Have challenges to EIAS ever had any effect? Yes, but often the projects proceed after small changes are made.
“Typically it is only the courts that can halt progress on a project that is moving forward without EIA approval i.e. injunctive relief. However this is a costly consequence and one which is understandably undertaken only with great reluctance. However, just last year, Thailand’s relatively new Administrative Court called a halt to 76 projects in the Ma Ta Phut industrial estate when a citizen group challenged their construction without having gone through the EIA process. This sent shock waves throughout the region, given the costly impact of stopping construction, particularly on this large a scale. In this instance after an adjustment of the list of toxic chemicals triggering the EIA process from 18 to 11, the number of halted projects was whittled down to 2, but this impact has been felt regardless. A court’s willingness to impose injunctive relief to stop construction while the project proponent complies with EIA requirements may not offer sufficient disincentive for a project proponent to comply with EIA requirements. Although delay is a cost, some still may be willing to incur the risk of getting caught.” (http://inece.org/conference/9/proceedings/57_Wasserman.pdf)
Rules and tools exist to help us evaluate and criticize bad proposals. People and nature are at great risk these days and there is a great need for NGOs especially to do all we can to help stop bad proposals before they are even started.
The International Network for Environmental Compliance & Enforcement (http://inece.org/). This is a network of over 4,000 government and non-government environmental practitioners from over 150 countries. Founded in 1990 by the environmental agencies of the Netherlands and the United States, in partnership with UNEP, the European Commission, the World Bank, the OECD and other organizations, INECE is the principal global network of independent experts dedicated to pursuing the rule of law, good environmental governance, and sustainable development at all levels of governance, local to global.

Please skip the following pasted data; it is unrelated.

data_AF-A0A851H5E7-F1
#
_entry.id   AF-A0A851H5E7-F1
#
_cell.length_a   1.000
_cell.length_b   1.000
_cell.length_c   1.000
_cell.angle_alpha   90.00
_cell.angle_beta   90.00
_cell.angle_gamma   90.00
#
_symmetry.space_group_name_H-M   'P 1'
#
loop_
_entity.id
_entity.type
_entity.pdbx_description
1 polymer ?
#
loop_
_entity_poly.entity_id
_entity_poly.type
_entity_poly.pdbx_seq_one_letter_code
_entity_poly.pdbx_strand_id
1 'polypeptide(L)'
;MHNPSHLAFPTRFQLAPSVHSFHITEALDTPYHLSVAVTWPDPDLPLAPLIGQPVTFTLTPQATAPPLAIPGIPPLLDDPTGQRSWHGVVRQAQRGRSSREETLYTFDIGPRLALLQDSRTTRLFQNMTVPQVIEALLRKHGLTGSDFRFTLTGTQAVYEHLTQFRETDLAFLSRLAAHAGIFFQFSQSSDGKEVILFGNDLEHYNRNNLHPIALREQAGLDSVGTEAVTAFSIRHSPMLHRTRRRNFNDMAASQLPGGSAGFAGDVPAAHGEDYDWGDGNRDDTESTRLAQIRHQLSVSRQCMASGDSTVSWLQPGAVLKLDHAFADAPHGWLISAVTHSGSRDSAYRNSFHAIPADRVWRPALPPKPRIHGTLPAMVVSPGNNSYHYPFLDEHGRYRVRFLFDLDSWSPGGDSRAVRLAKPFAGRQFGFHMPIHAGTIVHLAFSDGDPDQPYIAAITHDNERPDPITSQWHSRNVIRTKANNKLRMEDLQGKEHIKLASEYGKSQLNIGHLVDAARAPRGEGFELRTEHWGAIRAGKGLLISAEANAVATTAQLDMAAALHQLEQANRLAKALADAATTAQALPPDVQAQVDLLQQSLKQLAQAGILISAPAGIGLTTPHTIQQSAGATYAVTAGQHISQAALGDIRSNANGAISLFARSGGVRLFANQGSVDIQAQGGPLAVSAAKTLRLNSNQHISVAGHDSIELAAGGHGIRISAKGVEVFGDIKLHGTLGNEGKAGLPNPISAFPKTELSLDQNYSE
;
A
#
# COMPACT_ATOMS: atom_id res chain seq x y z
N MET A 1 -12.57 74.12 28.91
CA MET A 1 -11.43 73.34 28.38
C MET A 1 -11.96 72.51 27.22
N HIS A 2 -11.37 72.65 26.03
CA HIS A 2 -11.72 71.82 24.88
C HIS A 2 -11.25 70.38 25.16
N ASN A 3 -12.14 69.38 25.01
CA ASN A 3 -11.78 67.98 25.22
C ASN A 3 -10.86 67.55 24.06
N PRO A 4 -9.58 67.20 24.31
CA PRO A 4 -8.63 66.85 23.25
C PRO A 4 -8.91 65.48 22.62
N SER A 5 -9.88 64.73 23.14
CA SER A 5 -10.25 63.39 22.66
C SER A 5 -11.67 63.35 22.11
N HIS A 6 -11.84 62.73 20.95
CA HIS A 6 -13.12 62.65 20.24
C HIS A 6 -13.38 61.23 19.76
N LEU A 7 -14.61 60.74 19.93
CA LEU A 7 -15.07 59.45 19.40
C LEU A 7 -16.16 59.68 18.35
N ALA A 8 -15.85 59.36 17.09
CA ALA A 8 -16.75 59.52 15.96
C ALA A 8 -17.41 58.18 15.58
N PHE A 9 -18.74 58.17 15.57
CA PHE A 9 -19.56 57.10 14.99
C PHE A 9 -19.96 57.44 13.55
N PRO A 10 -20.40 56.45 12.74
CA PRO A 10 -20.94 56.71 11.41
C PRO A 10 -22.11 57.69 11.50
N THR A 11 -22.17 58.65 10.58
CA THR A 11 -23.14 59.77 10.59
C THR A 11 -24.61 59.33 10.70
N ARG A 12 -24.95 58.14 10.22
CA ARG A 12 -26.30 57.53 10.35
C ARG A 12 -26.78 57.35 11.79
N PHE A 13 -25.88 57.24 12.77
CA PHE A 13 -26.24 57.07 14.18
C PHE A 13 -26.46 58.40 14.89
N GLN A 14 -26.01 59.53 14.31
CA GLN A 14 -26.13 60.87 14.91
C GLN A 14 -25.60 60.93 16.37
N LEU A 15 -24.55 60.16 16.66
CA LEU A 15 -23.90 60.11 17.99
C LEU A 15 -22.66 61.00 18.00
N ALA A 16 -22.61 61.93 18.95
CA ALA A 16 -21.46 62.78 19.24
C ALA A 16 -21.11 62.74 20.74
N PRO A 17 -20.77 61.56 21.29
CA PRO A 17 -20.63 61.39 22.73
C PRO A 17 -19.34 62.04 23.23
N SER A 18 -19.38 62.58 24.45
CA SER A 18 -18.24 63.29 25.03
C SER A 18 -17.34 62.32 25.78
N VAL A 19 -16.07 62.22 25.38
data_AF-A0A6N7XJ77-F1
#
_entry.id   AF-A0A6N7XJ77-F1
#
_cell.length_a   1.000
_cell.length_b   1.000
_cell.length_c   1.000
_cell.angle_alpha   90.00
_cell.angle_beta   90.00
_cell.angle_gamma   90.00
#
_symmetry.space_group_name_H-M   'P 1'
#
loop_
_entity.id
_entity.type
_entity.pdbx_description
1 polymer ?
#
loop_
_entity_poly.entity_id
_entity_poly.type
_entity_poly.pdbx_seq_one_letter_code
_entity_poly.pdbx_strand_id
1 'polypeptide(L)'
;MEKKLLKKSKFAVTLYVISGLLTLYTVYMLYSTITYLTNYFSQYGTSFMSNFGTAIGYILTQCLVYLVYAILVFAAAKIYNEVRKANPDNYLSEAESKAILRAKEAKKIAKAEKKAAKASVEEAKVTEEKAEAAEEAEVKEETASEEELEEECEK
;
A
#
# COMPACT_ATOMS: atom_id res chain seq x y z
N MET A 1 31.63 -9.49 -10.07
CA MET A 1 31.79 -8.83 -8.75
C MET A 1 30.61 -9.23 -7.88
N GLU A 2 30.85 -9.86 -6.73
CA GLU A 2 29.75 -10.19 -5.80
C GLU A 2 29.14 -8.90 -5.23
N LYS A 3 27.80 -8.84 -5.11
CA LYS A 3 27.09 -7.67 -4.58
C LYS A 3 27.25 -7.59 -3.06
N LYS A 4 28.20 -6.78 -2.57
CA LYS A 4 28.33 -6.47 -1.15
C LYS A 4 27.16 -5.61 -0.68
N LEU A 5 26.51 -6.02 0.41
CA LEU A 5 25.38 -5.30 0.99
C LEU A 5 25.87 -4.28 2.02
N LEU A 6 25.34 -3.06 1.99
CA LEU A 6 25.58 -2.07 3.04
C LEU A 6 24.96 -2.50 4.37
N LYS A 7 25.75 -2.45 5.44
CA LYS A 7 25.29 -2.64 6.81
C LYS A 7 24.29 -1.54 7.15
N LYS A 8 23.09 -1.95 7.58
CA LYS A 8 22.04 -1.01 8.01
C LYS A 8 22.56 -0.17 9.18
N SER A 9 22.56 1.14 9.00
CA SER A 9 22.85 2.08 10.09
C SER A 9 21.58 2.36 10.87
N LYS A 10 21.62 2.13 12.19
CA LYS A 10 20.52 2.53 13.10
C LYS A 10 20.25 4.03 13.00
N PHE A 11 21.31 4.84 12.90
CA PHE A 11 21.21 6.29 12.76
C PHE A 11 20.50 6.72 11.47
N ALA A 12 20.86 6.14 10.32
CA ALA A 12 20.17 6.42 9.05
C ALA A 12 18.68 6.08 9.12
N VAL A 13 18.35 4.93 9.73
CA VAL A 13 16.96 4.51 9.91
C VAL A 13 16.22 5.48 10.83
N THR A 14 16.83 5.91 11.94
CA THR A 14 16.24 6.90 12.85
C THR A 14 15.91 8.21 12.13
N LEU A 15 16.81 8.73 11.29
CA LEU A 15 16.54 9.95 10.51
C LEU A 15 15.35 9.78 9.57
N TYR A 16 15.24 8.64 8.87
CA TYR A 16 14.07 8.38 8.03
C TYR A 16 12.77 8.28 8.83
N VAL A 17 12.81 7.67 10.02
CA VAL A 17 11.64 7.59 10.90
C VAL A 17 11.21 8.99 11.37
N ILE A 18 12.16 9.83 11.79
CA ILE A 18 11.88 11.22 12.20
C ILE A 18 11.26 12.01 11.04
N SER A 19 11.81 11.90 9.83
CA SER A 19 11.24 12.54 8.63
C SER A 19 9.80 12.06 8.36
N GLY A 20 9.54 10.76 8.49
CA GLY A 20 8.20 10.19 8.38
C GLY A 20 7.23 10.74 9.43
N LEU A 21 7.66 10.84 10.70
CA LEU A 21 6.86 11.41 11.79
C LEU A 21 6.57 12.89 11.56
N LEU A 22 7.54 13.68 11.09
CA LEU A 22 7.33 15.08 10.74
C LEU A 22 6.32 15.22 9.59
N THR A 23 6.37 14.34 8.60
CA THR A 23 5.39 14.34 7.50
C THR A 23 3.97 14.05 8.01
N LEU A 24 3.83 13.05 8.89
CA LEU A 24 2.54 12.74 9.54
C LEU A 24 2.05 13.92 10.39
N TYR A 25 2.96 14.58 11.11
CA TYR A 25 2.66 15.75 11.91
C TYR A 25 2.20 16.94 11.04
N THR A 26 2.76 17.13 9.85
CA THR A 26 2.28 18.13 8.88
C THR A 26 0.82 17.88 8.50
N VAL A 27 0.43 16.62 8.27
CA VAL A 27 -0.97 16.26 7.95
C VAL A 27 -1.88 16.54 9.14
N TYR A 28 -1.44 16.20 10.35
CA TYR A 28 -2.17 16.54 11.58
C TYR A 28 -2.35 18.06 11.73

“Good Practices for Enforcing Environmental Impact Assessment Requirements” ihttp://inece.org/eia/EIARoundtableSummary.pdf. A report of a roundtable discussion on held on In February 15-29, 2012. People from around the world addressed specific challenges in coordinating the EIA process with the actions of the government and non-government actors who monitor the implementation of projects and enforce environmental performance requirements.
The World Bank Environmental Assessment (EA) Policy is an Operational Directive (OD) 4.01, introduced in 1989. It was updated in March 2007. http://go.worldbank.org/3LBMXIFF20 “OP/BP 4.01 applies to any Bank-financed or implemented investment loan if there is the potential for that project to result in adverse environmental impacts. It is also designed as a tool to improve project performance and to enhance the quality and sustainability of projects. It does so by providing the guidance that allows borrower decision makers and Bank operational staff to ensure that the project options under consideration are environmentally sound and sustainable. “
The Forest People’s Programme has published a “Clear, illustrated guide by FPP explaining key provisions of the World Bank's safeguard policy on Indigenous Peoples. Drawn from FPP's own reading of the policy's mandatory requirements, the guide aims to inform affected peoples, their representative organisations and supporters about the policy. It explains how to improve, monitor, question or challenge Bank projects if affected communities consider the Bank is not following its own rules and has not respected the communities' rights.” http://www.forestpeoples.org/topics/responsible-finance/world-bank/indigenous-peoples-policy-od-420-obbp-410 .
Doris Cellarius, CEESP Member